Floating in a sensory deprivation tank is supposed to leave you feeling restored and peaceful. Many people consider it a spiritual practice. Even those who don’t say that afterwards colors look brighter and that you’ll sleep deeply the following night.
This was not my experience.
The Float Spa
I was visiting two friends in Portland, OR when we spontaneously decided to try sensory deprivation tanks. It was a bit expensive – $70 for 90 minutes – but I thought I might as well try it once.
We walked in at about 7pm and a guy with an unnatural sense of calm explained how the “float” worked. The water has such a high saline content that you’re suspended at the top of the water. Even if you push yourself to the bottom you’ll float right back to the top, with the water line around your temples. He warned us not to get water in your eyes. Apparently it’s excruciating.
In addition to float tanks, the spa also had massage, acupuncture, and for some reason counseling services – in case you want to pour your heart out to a random therapist before your massage.
He showed us around to the different tanks and let us each take our pick. I chose one the basically looked like a science fiction cryogenic sleep chamber. It had a lid and a blue ambient light, as well as lights that mimicked the night sky, all operated by buttons. Each room is soundproof, but each tank also has an emergency button inside the tank. There’s also a private shower so you could clean up before and after your float.
Getting in the Float Tank
I got in the tank one foot at a time, trying not to slip on the salty floor of the tank. I sat and took a moment to appreciate the surreal, futuristic appearance of it before laying down. I placed both hands on the floor and stretched my legs out in front myself. It was odd but delightful to layback and not touch the bottom. I was totally suspended. I heard a series of pops as my joints cracked up and down my spine.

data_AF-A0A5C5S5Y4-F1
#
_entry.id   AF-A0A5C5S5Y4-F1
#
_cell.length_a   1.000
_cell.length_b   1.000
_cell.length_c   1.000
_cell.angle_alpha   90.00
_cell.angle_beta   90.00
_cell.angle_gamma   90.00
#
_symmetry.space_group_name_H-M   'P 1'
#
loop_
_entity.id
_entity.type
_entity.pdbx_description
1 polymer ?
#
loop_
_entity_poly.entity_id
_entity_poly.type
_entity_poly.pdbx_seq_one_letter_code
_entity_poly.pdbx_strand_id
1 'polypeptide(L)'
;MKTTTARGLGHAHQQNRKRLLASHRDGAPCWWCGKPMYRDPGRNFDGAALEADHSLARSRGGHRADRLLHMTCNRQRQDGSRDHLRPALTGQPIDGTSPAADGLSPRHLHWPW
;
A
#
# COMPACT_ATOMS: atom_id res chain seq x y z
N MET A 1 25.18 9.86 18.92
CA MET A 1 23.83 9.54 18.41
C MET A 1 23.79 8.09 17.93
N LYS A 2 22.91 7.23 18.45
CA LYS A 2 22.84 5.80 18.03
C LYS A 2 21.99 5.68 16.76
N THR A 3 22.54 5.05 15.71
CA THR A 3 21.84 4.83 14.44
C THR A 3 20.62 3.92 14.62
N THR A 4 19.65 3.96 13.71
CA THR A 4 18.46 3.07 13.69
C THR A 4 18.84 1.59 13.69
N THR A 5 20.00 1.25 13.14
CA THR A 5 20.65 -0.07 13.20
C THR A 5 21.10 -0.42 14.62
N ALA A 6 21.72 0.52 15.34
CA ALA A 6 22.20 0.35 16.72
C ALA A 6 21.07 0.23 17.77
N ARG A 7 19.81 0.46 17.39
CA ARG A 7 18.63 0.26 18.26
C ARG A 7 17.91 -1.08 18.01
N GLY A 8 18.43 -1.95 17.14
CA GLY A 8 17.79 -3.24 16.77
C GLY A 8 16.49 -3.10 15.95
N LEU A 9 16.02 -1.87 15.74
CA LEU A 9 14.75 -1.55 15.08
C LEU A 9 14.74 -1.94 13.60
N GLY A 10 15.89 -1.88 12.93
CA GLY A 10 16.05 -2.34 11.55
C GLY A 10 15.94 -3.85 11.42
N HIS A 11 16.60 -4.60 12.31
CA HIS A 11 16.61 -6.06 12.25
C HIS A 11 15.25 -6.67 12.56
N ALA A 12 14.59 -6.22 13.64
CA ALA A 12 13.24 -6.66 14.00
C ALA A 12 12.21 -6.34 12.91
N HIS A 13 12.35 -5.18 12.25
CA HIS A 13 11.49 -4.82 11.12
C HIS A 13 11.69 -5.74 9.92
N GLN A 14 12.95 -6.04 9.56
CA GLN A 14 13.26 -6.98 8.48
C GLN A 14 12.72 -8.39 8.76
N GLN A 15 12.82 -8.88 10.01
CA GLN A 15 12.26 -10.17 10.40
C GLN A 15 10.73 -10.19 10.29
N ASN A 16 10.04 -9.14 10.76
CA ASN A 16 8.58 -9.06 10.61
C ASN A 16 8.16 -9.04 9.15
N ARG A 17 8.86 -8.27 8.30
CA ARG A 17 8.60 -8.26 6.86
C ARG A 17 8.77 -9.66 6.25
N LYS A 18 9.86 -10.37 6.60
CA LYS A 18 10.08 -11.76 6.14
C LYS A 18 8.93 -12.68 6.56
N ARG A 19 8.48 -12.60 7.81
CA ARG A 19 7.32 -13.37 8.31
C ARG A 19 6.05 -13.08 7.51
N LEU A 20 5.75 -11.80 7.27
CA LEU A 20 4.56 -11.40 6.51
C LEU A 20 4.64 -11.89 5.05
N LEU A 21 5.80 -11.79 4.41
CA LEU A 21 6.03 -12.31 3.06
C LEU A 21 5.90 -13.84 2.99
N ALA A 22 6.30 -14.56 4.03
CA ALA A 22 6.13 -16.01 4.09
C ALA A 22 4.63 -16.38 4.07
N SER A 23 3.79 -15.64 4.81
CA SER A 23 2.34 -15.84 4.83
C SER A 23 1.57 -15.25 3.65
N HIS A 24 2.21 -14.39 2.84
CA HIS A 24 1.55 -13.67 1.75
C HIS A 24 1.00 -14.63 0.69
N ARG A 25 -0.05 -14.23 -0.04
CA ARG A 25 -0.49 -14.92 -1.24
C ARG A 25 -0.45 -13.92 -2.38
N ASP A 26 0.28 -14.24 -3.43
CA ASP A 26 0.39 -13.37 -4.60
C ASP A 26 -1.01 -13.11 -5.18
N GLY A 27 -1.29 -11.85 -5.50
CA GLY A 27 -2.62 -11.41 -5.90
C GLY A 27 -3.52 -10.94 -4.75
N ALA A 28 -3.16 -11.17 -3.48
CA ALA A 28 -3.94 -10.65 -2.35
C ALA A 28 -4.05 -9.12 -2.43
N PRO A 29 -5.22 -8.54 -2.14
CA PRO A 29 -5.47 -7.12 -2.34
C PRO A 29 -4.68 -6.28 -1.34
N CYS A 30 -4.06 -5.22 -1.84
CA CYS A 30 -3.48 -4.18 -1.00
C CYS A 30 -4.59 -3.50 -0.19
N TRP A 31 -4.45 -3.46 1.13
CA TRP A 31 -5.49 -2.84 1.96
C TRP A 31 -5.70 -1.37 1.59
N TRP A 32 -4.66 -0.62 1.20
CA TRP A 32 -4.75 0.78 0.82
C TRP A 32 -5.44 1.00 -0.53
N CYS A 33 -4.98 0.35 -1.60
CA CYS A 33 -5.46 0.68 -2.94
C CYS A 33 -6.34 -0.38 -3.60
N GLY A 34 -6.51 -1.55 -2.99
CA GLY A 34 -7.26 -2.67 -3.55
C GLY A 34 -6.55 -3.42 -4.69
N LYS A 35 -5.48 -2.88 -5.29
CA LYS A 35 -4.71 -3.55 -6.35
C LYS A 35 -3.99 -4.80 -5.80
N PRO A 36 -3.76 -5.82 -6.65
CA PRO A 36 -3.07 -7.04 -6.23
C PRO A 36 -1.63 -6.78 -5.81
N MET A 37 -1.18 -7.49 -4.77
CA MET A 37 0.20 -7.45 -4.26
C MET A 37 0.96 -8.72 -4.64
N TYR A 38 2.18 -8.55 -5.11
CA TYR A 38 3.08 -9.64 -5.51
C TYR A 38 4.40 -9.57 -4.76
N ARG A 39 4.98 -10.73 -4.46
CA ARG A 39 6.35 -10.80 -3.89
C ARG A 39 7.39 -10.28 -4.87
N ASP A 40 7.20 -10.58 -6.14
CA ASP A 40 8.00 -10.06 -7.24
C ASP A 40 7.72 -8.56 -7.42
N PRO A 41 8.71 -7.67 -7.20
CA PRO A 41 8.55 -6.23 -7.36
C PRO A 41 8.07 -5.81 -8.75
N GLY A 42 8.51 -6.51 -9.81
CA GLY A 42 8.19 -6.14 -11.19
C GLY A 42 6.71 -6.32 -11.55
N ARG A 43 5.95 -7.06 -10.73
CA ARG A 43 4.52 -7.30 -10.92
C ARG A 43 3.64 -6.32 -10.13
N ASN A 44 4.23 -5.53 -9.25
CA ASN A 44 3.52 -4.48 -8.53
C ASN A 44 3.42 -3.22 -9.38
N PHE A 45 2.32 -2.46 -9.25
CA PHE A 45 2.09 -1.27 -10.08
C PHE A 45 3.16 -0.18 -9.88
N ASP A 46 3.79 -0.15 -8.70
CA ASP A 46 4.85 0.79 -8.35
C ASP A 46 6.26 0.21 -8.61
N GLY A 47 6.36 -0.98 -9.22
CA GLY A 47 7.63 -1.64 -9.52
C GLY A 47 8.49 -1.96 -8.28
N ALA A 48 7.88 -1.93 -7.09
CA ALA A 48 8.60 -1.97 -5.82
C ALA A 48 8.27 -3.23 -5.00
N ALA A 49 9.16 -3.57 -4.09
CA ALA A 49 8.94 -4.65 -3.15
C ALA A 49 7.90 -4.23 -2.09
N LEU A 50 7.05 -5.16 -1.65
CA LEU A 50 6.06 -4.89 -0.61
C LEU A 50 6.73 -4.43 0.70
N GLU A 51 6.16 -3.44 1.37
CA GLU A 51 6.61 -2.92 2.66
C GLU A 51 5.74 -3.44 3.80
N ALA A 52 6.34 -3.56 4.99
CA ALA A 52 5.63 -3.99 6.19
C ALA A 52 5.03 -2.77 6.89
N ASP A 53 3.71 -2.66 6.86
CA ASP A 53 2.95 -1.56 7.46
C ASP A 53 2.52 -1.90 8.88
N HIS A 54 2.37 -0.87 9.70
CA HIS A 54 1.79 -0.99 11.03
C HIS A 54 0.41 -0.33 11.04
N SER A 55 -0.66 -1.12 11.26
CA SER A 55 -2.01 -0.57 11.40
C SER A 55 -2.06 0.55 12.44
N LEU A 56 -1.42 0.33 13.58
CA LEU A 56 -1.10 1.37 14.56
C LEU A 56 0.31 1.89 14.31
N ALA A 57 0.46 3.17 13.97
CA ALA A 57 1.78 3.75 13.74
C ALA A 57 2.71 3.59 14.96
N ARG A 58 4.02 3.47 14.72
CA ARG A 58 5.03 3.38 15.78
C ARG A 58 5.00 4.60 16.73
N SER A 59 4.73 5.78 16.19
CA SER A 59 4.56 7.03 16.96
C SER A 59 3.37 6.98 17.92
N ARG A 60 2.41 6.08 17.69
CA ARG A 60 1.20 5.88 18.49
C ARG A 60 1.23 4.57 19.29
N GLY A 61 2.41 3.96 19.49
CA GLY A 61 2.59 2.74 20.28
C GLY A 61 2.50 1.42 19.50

I played with the lights for a while: On. Off. On. Off. I kept opened the lid to it’s full extent, then closed it completely. The temperature of the air is as similar to that of the water as possible so it feels as if you’re floating in space, unable to differentiate the air from the water. This is especially true if you’re in darkness.
Claustrophobia Sets In
At one point I actually couldn’t tell the difference between the water and the air, but instead of feeling like I was tranquilly floating into infinity, my brain assumed that I was underwater, and therefore drowning. I fumbled for the “open” button on the lid but I was completely disoriented. My heart rate was steadily quickening. At the same time, I didn’t want to hit the emergency button and have them come and get me over nothing.
I stopped thrashing around to take deep breaths, only to start thrashing around immediately after. I can only imagine how weird it would’ve been to be in that soft-lit room, hearing frantic splashing from inside of the sensory deprivation tank.
The thrashing eventually got water in my eye, which felt almost as bad as getting pepper sprayed. I managed to open the lid and step out into the shower. I grabbed a hotel-shampoo-sized bottle of water to rinse my eyes but it wouldn’t open. (That bottle turned out to be vinegar, meant for rinsing the salt out of your hair, so lucky me).
I pried my eyes open and let the cool water rinse them out.
Finally enjoy it
Once my eyes stopped hurting, I left the lid open just a crack to let in a breeze and prevent claustrophobia. I let my mind wander, just floating in silence.
I found myself found myself feeling really blissful, gently swishing from one side of the tank to the other thinking “I love you” to no one at all, like my brain had been pumped full of oxytocin. I started feeling really sentimental and full of love, thinking “I have so many wonderful people in my life who care about me and I just want to help people and being a therapist is totally my calling!” Being a therapist turned out not to be my calling. Don’t trust your judgment when you’re in that good a mood.
My friends were super calm afterwards and apparently went to sleep almost immediately after their heads touched their pillows. I was hyped up, so I had a hard time falling asleep, but it was a positive experience overall. I’d recommend it to anyone interested. (Even if I didn’t experience astral projection like in Stranger Things.)